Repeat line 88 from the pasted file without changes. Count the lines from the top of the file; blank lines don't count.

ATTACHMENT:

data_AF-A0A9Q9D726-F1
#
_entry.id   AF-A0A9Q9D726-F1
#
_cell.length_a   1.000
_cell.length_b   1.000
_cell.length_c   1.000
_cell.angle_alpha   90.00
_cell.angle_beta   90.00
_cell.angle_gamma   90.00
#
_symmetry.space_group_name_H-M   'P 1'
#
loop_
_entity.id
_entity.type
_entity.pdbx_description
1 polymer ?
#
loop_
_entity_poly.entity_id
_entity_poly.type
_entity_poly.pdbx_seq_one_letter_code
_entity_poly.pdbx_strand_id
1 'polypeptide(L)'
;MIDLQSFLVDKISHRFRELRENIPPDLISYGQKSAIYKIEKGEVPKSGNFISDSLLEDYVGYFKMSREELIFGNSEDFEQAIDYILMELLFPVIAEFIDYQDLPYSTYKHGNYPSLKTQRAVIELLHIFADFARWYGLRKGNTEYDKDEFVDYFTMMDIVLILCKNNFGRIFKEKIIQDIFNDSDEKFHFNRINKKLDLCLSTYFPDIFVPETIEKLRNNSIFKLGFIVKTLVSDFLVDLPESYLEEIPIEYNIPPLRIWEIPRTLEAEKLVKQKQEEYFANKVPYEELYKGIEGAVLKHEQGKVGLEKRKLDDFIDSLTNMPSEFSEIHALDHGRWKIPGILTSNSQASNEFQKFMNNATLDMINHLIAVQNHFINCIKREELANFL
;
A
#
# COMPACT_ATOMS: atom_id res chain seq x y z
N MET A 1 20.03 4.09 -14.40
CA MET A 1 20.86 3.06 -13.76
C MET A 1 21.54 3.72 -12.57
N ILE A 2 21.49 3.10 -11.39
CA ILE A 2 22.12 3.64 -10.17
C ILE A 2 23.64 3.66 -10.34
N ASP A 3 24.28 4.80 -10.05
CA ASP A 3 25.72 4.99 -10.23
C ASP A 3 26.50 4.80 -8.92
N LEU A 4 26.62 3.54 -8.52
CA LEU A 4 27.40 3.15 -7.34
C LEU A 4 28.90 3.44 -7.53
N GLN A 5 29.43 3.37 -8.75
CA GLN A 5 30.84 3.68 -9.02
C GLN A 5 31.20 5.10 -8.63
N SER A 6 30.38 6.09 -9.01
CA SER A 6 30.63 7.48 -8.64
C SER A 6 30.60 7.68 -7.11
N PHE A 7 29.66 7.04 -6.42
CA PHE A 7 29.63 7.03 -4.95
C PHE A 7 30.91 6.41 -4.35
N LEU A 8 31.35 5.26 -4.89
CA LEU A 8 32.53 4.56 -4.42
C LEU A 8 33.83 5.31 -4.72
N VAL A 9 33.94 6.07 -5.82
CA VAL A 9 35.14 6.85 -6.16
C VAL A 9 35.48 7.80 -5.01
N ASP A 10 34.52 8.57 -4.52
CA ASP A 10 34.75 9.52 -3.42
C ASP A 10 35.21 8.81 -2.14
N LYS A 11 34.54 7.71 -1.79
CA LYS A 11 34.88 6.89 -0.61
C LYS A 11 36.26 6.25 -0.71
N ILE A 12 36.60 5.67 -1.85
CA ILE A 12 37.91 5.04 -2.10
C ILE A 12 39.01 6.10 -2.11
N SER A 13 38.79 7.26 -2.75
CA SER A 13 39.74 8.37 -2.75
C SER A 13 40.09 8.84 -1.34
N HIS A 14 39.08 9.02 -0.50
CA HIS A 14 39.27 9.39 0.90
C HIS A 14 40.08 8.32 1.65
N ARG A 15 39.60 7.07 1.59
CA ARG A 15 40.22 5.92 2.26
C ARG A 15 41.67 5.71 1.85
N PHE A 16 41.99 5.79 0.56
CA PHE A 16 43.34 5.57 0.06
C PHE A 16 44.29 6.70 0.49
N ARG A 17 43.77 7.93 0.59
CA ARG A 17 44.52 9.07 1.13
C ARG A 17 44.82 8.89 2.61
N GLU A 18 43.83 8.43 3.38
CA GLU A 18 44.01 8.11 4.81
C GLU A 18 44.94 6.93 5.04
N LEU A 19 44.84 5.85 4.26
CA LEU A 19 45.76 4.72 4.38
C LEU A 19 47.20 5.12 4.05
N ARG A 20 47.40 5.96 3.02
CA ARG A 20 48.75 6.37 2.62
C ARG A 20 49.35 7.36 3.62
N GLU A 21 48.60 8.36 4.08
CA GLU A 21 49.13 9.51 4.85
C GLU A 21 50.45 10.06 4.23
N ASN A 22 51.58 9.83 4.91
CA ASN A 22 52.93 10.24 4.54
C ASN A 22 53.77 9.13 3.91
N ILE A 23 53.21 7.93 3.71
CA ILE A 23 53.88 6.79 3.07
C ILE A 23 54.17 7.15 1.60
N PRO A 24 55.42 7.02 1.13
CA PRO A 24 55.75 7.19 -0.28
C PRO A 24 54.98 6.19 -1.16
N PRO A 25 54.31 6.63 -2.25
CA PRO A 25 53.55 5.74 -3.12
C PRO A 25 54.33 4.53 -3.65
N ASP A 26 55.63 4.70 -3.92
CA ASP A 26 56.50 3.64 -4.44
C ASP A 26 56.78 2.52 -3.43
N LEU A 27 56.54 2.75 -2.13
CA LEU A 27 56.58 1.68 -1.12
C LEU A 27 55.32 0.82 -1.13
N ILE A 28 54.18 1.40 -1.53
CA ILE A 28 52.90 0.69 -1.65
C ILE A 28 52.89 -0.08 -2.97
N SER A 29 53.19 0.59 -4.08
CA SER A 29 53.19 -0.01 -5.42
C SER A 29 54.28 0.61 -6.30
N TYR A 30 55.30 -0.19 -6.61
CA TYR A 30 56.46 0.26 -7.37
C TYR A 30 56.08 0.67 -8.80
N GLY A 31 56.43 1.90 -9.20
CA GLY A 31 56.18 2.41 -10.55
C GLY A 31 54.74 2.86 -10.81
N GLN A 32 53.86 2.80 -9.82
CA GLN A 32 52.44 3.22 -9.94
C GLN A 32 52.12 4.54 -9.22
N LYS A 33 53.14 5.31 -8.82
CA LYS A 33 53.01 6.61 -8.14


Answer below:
N ARG A 20 47.40 5.96 3.02